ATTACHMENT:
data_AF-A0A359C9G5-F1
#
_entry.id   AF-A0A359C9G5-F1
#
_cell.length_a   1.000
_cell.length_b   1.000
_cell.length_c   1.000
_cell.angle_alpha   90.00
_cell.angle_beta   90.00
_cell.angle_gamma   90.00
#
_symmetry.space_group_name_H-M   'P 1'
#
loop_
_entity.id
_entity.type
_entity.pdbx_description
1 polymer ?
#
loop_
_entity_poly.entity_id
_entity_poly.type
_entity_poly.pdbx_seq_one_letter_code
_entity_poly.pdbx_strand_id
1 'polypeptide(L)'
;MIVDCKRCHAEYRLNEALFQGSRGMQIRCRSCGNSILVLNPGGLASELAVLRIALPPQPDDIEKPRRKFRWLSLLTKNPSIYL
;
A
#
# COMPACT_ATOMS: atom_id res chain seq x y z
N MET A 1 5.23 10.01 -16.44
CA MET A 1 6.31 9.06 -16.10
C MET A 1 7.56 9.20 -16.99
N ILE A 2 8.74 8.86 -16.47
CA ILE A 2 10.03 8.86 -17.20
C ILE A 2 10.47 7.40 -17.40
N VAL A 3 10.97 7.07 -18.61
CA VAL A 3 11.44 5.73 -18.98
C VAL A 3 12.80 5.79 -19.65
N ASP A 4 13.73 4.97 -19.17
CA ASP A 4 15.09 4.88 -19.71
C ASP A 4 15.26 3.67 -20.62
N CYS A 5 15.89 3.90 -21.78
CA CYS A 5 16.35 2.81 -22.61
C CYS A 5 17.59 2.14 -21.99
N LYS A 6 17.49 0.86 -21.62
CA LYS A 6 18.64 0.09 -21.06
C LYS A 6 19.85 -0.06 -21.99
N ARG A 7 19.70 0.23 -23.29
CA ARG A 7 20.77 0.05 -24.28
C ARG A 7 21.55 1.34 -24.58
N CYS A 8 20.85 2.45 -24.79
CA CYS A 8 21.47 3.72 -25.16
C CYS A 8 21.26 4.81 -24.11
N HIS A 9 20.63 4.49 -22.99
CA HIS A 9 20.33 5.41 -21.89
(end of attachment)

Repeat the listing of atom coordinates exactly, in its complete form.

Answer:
data_AF-A0A359C9G5-F1
#
_entry.id   AF-A0A359C9G5-F1
#
_cell.length_a   1.000
_cell.length_b   1.000
_cell.length_c   1.000
_cell.angle_alpha   90.00
_cell.angle_beta   90.00
_cell.angle_gamma   90.00
#
_symmetry.space_group_name_H-M   'P 1'
#
loop_
_entity.id
_entity.type
_entity.pdbx_description
1 polymer ?
#
loop_
_entity_poly.entity_id
_entity_poly.type
_entity_poly.pdbx_seq_one_letter_code
_entity_poly.pdbx_strand_id
1 'polypeptide(L)'
;MIVDCKRCHAEYRLNEALFQGSRGMQIRCRSCGNSILVLNPGGLASELAVLRIALPPQPDDIEKPRRKFRWLSLLTKNPSIYL
;
A
#
# COMPACT_ATOMS: atom_id res chain seq x y z
N MET A 1 5.23 10.01 -16.44
CA MET A 1 6.31 9.06 -16.10
C MET A 1 7.56 9.20 -16.99
N ILE A 2 8.74 8.86 -16.47
CA ILE A 2 10.03 8.86 -17.20
C ILE A 2 10.47 7.40 -17.40
N VAL A 3 10.97 7.07 -18.61
CA VAL A 3 11.44 5.73 -18.98
C VAL A 3 12.80 5.79 -19.65
N ASP A 4 13.73 4.97 -19.17
CA ASP A 4 15.09 4.88 -19.71
C ASP A 4 15.26 3.67 -20.62
N CYS A 5 15.89 3.90 -21.78
CA CYS A 5 16.35 2.81 -22.61
C CYS A 5 17.59 2.14 -21.99
N LYS A 6 17.49 0.86 -21.62
CA LYS A 6 18.64 0.09 -21.06
C LYS A 6 19.85 -0.06 -21.99
N ARG A 7 19.70 0.23 -23.29
CA ARG A 7 20.77 0.05 -24.28
C ARG A 7 21.55 1.34 -24.58
N CYS A 8 20.85 2.45 -24.79
CA CYS A 8 21.47 3.72 -25.16
C CYS A 8 21.26 4.81 -24.11
N HIS A 9 20.63 4.49 -22.99
CA HIS A 9 20.33 5.41 -21.89